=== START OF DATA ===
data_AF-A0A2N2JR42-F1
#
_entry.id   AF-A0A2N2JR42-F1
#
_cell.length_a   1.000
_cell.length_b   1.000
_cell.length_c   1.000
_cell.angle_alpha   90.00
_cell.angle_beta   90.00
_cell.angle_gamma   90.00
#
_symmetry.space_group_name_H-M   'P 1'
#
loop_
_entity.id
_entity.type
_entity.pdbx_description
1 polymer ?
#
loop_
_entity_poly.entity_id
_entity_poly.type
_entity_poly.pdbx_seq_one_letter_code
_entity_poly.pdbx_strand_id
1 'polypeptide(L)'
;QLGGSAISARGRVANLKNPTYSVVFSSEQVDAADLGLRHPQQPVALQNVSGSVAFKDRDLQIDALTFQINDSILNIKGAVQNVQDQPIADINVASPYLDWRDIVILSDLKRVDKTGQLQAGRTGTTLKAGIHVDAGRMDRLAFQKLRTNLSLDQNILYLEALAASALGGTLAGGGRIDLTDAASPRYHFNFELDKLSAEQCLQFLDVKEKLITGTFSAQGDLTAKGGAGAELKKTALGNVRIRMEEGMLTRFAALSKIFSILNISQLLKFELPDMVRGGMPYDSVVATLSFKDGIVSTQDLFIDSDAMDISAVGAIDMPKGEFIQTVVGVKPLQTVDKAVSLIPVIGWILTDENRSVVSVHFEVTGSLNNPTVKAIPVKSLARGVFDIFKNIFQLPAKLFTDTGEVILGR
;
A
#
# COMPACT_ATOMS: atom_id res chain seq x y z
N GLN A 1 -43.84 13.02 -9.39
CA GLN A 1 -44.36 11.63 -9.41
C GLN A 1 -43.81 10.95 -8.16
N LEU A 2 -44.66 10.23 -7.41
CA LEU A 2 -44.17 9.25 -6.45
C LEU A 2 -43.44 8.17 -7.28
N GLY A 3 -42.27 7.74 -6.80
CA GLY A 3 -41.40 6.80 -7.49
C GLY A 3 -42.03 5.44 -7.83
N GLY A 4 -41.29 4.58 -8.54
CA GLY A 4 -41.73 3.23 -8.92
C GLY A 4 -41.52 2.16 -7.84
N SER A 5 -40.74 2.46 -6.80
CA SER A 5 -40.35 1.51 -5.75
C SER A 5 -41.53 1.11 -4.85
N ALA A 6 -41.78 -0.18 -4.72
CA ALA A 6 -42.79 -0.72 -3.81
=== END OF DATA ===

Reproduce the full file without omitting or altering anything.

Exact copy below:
data_AF-A0A2N2JR42-F1
#
_entry.id   AF-A0A2N2JR42-F1
#
_cell.length_a   1.000
_cell.length_b   1.000
_cell.length_c   1.000
_cell.angle_alpha   90.00
_cell.angle_beta   90.00
_cell.angle_gamma   90.00
#
_symmetry.space_group_name_H-M   'P 1'
#
loop_
_entity.id
_entity.type
_entity.pdbx_description
1 polymer ?
#
loop_
_entity_poly.entity_id
_entity_poly.type
_entity_poly.pdbx_seq_one_letter_code
_entity_poly.pdbx_strand_id
1 'polypeptide(L)'
;QLGGSAISARGRVANLKNPTYSVVFSSEQVDAADLGLRHPQQPVALQNVSGSVAFKDRDLQIDALTFQINDSILNIKGAVQNVQDQPIADINVASPYLDWRDIVILSDLKRVDKTGQLQAGRTGTTLKAGIHVDAGRMDRLAFQKLRTNLSLDQNILYLEALAASALGGTLAGGGRIDLTDAASPRYHFNFELDKLSAEQCLQFLDVKEKLITGTFSAQGDLTAKGGAGAELKKTALGNVRIRMEEGMLTRFAALSKIFSILNISQLLKFELPDMVRGGMPYDSVVATLSFKDGIVSTQDLFIDSDAMDISAVGAIDMPKGEFIQTVVGVKPLQTVDKAVSLIPVIGWILTDENRSVVSVHFEVTGSLNNPTVKAIPVKSLARGVFDIFKNIFQLPAKLFTDTGEVILGR
;
A
#
# COMPACT_ATOMS: atom_id res chain seq x y z
N GLN A 1 -43.84 13.02 -9.39
CA GLN A 1 -44.36 11.63 -9.41
C GLN A 1 -43.81 10.95 -8.16
N LEU A 2 -44.66 10.23 -7.41
CA LEU A 2 -44.17 9.25 -6.45
C LEU A 2 -43.44 8.17 -7.28
N GLY A 3 -42.27 7.74 -6.80
CA GLY A 3 -41.40 6.80 -7.49
C GLY A 3 -42.03 5.44 -7.83
N GLY A 4 -41.29 4.58 -8.54
CA GLY A 4 -41.73 3.23 -8.92
C GLY A 4 -41.52 2.16 -7.84
N SER A 5 -40.74 2.46 -6.80
CA SER A 5 -40.35 1.51 -5.75
C SER A 5 -41.53 1.11 -4.85
N ALA A 6 -41.78 -0.18 -4.72
CA ALA A 6 -42.79 -0.72 -3.81